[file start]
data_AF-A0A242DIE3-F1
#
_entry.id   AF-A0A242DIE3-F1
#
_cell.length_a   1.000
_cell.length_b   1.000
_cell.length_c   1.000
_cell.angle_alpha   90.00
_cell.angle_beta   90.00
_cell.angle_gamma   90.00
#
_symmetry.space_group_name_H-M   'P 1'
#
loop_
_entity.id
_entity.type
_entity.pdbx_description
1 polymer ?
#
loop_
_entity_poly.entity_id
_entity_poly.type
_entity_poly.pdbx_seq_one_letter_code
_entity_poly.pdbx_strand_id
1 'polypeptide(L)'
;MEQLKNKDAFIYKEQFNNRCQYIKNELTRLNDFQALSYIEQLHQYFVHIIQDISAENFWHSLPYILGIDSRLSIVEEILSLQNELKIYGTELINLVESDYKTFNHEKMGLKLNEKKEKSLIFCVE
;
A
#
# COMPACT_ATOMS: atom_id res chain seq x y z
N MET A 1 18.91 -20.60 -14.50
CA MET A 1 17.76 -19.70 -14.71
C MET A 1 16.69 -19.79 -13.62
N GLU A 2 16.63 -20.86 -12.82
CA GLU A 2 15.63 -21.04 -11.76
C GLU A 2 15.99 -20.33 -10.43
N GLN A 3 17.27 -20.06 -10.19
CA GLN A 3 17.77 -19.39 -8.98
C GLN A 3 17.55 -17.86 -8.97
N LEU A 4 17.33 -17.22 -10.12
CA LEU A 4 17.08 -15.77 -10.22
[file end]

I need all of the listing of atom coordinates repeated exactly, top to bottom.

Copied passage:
data_AF-A0A242DIE3-F1
#
_entry.id   AF-A0A242DIE3-F1
#
_cell.length_a   1.000
_cell.length_b   1.000
_cell.length_c   1.000
_cell.angle_alpha   90.00
_cell.angle_beta   90.00
_cell.angle_gamma   90.00
#
_symmetry.space_group_name_H-M   'P 1'
#
loop_
_entity.id
_entity.type
_entity.pdbx_description
1 polymer ?
#
loop_
_entity_poly.entity_id
_entity_poly.type
_entity_poly.pdbx_seq_one_letter_code
_entity_poly.pdbx_strand_id
1 'polypeptide(L)'
;MEQLKNKDAFIYKEQFNNRCQYIKNELTRLNDFQALSYIEQLHQYFVHIIQDISAENFWHSLPYILGIDSRLSIVEEILSLQNELKIYGTELINLVESDYKTFNHEKMGLKLNEKKEKSLIFCVE
;
A
#
# COMPACT_ATOMS: atom_id res chain seq x y z
N MET A 1 18.91 -20.60 -14.50
CA MET A 1 17.76 -19.70 -14.71
C MET A 1 16.69 -19.79 -13.62
N GLU A 2 16.63 -20.86 -12.82
CA GLU A 2 15.63 -21.04 -11.76
C GLU A 2 15.99 -20.33 -10.43
N GLN A 3 17.27 -20.06 -10.19
CA GLN A 3 17.77 -19.39 -8.98
C GLN A 3 17.55 -17.86 -8.97
N LEU A 4 17.33 -17.22 -10.12
CA LEU A 4 17.08 -15.77 -10.22